“In the United States, approximately 5.6 million dry tons of biosolids are produced annually and approximately 60 percent is land applied.”
That line from a comprehensive report by USDA scientists summarizes an alarming trend: America’s agricultural land is becoming an open-air landfill, a place to dispose of the many organic, inorganic and toxic by-products of the modern consumer age.
Following the movement of particular biosolid compounds through the environment and up the food chain is a challenge that increasing numbers of researchers are taking on. As the USDA team put it: “Many questions remain with respect to the amounts and fate of organic pollutants released into the environment through land applied biosolids.” (Lozano, Rice et al., Chemosphere)
In this study, the researchers focused on triclosan, an antibacterial agent that manufacturers add to soap, cleaning supplies, toothpaste and other items. The substance was detected in every field where biosolids had been used as fertilizer.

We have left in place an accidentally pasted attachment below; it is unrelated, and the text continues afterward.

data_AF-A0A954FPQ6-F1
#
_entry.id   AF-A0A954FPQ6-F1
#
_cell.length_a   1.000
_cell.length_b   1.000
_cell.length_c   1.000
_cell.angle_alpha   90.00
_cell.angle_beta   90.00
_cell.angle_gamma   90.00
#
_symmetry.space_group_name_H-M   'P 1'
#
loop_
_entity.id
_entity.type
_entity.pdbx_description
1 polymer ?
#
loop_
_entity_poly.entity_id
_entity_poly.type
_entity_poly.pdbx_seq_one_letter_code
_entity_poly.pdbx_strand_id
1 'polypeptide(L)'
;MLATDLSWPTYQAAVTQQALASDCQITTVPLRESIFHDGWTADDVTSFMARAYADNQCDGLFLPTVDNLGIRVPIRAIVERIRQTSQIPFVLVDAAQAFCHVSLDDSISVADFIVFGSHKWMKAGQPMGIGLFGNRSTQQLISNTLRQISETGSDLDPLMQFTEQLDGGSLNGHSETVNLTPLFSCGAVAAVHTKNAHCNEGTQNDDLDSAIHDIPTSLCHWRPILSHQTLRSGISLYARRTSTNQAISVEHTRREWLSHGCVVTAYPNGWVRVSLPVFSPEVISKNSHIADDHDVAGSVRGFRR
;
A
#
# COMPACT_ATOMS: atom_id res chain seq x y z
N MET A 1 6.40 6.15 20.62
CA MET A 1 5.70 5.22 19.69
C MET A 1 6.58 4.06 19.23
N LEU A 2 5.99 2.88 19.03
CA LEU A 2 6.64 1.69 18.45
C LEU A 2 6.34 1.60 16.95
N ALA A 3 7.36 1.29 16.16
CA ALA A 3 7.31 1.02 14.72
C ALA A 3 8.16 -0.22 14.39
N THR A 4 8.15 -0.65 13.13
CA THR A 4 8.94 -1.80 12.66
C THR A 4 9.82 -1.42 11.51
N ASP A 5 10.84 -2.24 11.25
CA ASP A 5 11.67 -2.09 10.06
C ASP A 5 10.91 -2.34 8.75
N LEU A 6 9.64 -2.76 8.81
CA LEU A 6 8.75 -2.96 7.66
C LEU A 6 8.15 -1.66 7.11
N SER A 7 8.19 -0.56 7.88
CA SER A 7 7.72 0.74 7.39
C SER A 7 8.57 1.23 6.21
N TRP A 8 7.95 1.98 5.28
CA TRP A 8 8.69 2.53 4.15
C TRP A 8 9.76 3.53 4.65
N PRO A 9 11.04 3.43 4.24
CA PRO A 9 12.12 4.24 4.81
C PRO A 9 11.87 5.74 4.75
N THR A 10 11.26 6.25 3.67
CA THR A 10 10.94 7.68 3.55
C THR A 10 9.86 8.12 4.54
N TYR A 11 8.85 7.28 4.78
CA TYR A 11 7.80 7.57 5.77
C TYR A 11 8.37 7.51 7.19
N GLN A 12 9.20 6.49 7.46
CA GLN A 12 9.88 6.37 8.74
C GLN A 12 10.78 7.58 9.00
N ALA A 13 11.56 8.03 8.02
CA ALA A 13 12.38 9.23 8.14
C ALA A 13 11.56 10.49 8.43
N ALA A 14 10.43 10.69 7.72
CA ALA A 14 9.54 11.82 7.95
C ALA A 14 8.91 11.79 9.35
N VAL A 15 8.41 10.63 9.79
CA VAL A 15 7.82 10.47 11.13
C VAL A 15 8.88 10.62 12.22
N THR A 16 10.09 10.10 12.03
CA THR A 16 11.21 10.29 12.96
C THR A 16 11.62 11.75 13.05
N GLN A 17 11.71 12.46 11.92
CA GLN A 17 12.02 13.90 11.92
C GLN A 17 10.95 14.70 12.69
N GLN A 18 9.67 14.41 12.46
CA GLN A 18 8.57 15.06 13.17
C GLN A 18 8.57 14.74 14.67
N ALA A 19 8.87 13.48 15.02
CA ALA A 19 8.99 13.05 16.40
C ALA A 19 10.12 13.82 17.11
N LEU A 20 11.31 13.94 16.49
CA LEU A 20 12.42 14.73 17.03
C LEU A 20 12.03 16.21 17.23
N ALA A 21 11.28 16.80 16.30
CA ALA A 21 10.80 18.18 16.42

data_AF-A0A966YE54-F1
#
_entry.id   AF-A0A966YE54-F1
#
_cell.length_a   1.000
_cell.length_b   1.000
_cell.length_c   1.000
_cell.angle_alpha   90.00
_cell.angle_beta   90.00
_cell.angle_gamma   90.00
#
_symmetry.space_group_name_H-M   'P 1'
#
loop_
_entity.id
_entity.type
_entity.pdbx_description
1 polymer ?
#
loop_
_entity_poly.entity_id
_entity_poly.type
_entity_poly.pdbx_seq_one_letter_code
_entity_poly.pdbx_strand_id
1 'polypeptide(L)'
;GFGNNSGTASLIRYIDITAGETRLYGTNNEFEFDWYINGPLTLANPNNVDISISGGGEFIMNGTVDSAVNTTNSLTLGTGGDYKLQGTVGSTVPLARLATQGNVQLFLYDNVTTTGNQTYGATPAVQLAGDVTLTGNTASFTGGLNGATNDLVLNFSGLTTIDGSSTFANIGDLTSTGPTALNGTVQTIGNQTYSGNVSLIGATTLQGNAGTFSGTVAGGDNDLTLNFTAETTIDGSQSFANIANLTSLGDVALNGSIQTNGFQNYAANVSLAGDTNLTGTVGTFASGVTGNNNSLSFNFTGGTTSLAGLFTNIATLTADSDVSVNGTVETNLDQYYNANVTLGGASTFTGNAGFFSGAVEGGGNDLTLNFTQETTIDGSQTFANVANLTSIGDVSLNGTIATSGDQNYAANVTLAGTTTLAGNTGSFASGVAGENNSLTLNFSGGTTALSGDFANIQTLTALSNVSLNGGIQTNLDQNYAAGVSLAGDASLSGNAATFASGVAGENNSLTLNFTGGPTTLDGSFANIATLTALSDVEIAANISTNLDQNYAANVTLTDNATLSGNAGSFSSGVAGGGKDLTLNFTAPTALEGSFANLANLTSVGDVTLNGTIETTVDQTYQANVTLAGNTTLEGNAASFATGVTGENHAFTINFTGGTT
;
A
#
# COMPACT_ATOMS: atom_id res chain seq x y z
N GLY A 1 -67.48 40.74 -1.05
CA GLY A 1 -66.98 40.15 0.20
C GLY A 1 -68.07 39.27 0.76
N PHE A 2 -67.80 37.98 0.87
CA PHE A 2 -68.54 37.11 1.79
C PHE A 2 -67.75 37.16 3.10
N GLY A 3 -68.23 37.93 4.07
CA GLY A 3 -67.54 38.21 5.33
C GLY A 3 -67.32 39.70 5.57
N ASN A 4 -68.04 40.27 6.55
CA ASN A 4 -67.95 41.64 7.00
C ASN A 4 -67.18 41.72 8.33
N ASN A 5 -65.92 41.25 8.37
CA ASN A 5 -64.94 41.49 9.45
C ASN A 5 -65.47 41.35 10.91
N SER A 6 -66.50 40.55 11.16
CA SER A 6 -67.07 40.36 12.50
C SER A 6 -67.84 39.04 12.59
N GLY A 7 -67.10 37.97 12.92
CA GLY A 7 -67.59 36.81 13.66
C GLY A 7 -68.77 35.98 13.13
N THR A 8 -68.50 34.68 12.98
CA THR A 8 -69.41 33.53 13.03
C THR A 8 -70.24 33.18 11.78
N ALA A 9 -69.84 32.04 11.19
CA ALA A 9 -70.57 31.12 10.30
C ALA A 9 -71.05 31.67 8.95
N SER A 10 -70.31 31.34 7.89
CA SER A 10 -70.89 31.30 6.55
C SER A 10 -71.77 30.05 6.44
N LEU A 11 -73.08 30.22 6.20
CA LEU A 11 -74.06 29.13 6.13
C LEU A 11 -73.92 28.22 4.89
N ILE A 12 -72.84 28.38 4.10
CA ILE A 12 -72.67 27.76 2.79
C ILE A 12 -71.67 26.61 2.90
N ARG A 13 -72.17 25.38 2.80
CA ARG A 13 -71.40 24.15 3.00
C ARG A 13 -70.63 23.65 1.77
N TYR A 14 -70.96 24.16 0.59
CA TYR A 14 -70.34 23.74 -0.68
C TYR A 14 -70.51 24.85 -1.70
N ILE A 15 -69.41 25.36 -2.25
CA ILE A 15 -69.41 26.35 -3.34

A review of the findings in Beyond Pesticides discussed the significance:
“Results show that triclosan in biosolids is only slowly degraded and persists at low levels in the environment for long periods of time.”
“Triclosan is one of the most detected chemicals in U.S. waterways; about 96 percent of triclosan from consumer products is disposed of in residential drains. This leads to large loads of the chemical in water entering wastewater treatment plants, which are incompletely removed during the wastewater treatment process. When treated wastewater is released to the environment, sunlight converts some of the triclosan (and related compounds) into various forms of dioxins.”
“Triclosan is an endocrine disruptor and has been shown to affect male and female reproductive hormones and is also shown to alter thyroid function. Due to its extensive use in consumer goods, triclosan and its metabolites are present in fish, umbilical cord blood and human milk.”
“A recent study showed that triclosan from sewage sludge can be taken up by soybean plants and translocated into the beans themselves, then consumed by people and animals. The Centers for Disease Control in an updated National Report on Human Exposure to Environmental Chemicals noted that triclosan levels in people increased by over 41 percent between just the years 2004 and 2006.”
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